Ol Trueman was captured in 1896, but like Powell, he was not convicted, and was set free.

Meanwhile, George Padgett walked out of jail a free man, never being tried for the crimes. The judge ordered him released after he testified against the rest of the gang. Upon his release, Padgett, like any good outlaw, bragged to reporters he had been the mastermind of the crime after all. Despite his admission, the man who claimed responsibility for the last train robbery in Arkansas lived the rest of his life in obscurity.

For more information on Arkansas history, call 501-682-6900 or email The Arkansas State Archives is closed to the public as part of a widespread effort to reduce COVID-19. Some research services are available by calling the State Archives or by visiting

From the Director: Journal(s) of the COVID year

Dr. David Ware
In March 1722, a book appeared under the stark title A Journal of the Plague Year. Written by Daniel Defoe, it purported to be an account of one man's experiences of the year 1665, in which the bubonic plague struck the city of London in what become known as the Great Plague of Londonthe last such epidemic in that city. The book was presented as an eyewitness account of the events, but the author was himself only five years old in 1665, when the Great Plague took place. Instead, the book was possibly based on the journals of Defoe’s uncle, Henry Foe, a London tradesman who had lived through the epidemic, augmented by other contemporary reports.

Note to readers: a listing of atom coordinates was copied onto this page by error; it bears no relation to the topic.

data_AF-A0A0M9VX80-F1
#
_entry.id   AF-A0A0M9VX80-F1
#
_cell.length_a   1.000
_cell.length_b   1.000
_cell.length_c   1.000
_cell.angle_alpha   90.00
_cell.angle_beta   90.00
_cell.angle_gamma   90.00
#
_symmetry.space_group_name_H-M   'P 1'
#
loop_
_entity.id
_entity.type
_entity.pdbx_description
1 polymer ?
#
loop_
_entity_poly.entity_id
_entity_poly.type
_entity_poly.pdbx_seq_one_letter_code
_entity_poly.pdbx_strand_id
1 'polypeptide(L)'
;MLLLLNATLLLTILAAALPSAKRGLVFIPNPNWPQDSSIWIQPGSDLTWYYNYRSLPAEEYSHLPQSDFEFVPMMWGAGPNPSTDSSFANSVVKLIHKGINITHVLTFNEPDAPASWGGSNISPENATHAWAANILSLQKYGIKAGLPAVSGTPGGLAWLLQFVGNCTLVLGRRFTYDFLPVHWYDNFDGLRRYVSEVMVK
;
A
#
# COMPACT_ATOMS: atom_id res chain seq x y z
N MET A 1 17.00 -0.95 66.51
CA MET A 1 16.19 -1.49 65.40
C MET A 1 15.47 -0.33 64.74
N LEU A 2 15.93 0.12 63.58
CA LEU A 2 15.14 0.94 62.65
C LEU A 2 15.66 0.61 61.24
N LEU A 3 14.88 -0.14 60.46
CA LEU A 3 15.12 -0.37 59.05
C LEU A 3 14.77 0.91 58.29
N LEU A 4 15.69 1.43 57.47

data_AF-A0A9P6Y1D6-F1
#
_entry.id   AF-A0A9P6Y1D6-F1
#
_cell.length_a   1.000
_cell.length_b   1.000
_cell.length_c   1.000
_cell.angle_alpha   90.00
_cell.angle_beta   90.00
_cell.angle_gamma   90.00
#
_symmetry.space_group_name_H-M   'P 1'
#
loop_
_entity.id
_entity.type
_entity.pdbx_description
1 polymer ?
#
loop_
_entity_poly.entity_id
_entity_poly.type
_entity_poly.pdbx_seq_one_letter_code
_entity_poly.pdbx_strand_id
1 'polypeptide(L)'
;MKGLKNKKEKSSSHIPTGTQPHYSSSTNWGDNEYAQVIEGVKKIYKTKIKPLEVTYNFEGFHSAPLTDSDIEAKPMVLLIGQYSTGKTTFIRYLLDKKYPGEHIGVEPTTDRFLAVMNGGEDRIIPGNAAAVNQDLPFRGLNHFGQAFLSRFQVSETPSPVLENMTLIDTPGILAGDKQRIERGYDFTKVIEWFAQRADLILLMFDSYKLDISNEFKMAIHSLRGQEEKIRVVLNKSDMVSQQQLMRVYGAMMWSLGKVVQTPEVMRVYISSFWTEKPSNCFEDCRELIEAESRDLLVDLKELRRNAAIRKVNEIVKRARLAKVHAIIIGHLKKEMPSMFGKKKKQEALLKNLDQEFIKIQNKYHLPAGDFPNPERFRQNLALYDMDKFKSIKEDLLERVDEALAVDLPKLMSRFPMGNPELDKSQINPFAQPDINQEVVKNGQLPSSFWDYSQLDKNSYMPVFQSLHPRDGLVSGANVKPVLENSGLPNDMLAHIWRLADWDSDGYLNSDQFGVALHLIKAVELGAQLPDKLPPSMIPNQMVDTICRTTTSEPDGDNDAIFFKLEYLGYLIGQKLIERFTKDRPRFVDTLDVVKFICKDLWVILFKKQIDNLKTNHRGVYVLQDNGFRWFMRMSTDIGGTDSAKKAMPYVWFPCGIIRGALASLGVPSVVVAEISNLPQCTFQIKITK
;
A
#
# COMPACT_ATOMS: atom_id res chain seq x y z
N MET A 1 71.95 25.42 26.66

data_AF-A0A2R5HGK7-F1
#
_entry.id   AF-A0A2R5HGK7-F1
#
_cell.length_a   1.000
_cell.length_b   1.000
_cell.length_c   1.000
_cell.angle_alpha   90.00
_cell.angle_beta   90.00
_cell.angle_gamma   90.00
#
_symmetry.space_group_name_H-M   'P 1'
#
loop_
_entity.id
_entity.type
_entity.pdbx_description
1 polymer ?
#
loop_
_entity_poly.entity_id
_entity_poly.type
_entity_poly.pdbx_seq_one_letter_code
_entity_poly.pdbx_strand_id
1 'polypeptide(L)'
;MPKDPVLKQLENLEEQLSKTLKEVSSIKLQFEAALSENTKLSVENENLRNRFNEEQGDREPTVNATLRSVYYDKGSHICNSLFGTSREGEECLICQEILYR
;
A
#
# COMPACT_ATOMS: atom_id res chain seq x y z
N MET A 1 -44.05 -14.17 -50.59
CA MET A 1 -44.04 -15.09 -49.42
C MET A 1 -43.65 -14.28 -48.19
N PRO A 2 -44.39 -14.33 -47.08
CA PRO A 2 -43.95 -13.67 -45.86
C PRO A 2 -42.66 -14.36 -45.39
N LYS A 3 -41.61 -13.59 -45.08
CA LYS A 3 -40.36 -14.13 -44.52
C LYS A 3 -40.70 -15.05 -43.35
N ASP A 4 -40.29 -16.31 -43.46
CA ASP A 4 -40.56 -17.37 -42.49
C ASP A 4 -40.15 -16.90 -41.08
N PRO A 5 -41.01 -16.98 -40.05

The book is mainly chronological and has the feel of truth, or at least accuracy: Defoe identifies specific neighborhoods, streets and even houses in which events took place. Additionally, it provides casualty figures and even discusses the credibility of various accounts and anecdotes supposedly received by the narrator. The consensus of scholars is that A Journal of the Plague Year is less history than a good historical novel, based on scholarship; Sir Walter Scott’s judgement that it was “one of the peculiar class of compositions which hovers between romance and history” is a fair one: it is a piece of art that tastes of truth. 

I have Defoe’s historical confection on my mind as I listen to and read coverage of the COVID-19 crisis. I wonder, how will this episode be remembered, 50 years or more in the future? Much of what historians make of our time and our response to this health emergency will depend upon what we decide to collect and preserve now. Archivists, librarians and curators around the nation are already grappling with the questions of what to collect, how to store it and how to organize it for latter-day use. One challenge facing us is that, unlike in the 17th or 18th centuries, we generate not just a few records, but overwhelming numbers of them, almost all existing mainly in digital formats. Much of the record of the COVID pandemic is being written, not on paper or recorded on film, but on servers, flash drives or somewhere in the Cloud. What of it can we save, and how do we save it? Aye, there’s the rub.